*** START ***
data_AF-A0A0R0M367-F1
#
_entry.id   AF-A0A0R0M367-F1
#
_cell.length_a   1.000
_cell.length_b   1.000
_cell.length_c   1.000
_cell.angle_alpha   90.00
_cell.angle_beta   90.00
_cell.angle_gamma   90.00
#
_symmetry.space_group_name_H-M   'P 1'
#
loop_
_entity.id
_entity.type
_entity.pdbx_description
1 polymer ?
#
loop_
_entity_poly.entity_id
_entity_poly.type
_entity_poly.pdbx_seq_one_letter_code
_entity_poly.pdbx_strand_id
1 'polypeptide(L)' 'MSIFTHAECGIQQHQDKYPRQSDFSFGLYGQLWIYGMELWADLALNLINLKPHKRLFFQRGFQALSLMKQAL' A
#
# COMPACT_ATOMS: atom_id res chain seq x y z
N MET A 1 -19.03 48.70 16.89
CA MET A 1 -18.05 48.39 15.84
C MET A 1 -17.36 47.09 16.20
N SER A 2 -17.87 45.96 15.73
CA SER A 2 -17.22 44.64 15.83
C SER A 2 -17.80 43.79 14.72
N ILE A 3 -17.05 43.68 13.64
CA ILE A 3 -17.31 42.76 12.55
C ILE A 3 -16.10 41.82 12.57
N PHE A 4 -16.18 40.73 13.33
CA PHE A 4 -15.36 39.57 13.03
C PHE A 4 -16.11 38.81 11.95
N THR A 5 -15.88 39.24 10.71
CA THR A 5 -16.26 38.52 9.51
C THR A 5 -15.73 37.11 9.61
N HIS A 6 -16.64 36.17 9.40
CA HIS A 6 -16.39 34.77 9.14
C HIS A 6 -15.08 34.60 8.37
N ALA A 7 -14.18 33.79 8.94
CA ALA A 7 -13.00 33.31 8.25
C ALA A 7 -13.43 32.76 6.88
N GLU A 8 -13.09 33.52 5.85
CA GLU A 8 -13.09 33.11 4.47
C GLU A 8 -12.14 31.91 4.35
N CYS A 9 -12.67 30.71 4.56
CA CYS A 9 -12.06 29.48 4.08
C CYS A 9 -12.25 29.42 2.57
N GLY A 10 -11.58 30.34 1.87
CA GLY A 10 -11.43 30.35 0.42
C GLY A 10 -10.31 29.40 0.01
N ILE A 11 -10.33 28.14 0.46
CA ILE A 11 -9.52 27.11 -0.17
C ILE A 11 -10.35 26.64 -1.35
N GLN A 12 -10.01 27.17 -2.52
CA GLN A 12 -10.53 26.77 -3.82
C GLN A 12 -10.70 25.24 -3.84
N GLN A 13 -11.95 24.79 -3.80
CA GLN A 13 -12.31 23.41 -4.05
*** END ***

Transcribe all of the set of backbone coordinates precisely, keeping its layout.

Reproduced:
data_AF-A0A0R0M367-F1
#
_entry.id   AF-A0A0R0M367-F1
#
_cell.length_a   1.000
_cell.length_b   1.000
_cell.length_c   1.000
_cell.angle_alpha   90.00
_cell.angle_beta   90.00
_cell.angle_gamma   90.00
#
_symmetry.space_group_name_H-M   'P 1'
#
loop_
_entity.id
_entity.type
_entity.pdbx_description
1 polymer ?
#
loop_
_entity_poly.entity_id
_entity_poly.type
_entity_poly.pdbx_seq_one_letter_code
_entity_poly.pdbx_strand_id
1 'polypeptide(L)' 'MSIFTHAECGIQQHQDKYPRQSDFSFGLYGQLWIYGMELWADLALNLINLKPHKRLFFQRGFQALSLMKQAL' A
#
# COMPACT_ATOMS: atom_id res chain seq x y z
N MET A 1 -19.03 48.70 16.89
CA MET A 1 -18.05 48.39 15.84
C MET A 1 -17.36 47.09 16.20
N SER A 2 -17.87 45.96 15.73
CA SER A 2 -17.22 44.64 15.83
C SER A 2 -17.80 43.79 14.72
N ILE A 3 -17.05 43.68 13.64
CA ILE A 3 -17.31 42.76 12.55
C ILE A 3 -16.10 41.82 12.57
N PHE A 4 -16.18 40.73 13.33
CA PHE A 4 -15.36 39.57 13.03
C PHE A 4 -16.11 38.81 11.95
N THR A 5 -15.88 39.24 10.71
CA THR A 5 -16.26 38.52 9.51
C THR A 5 -15.73 37.11 9.61
N HIS A 6 -16.64 36.17 9.40
CA HIS A 6 -16.39 34.77 9.14
C HIS A 6 -15.08 34.60 8.37
N ALA A 7 -14.18 33.79 8.94
CA ALA A 7 -13.00 33.31 8.25
C ALA A 7 -13.43 32.76 6.88
N GLU A 8 -13.09 33.52 5.85
CA GLU A 8 -13.09 33.11 4.47
C GLU A 8 -12.14 31.91 4.35
N CYS A 9 -12.67 30.71 4.56
CA CYS A 9 -12.06 29.48 4.08
C CYS A 9 -12.25 29.42 2.57
N GLY A 10 -11.58 30.34 1.87
CA GLY A 10 -11.43 30.35 0.42
C GLY A 10 -10.31 29.40 0.01
N ILE A 11 -10.33 28.14 0.46
CA ILE A 11 -9.52 27.11 -0.17
C ILE A 11 -10.35 26.64 -1.35
N GLN A 12 -10.01 27.17 -2.52
CA GLN A 12 -10.53 26.77 -3.82
C GLN A 12 -10.70 25.24 -3.84
N GLN A 13 -11.95 24.79 -3.80
CA GLN A 13 -12.31 23.41 -4.05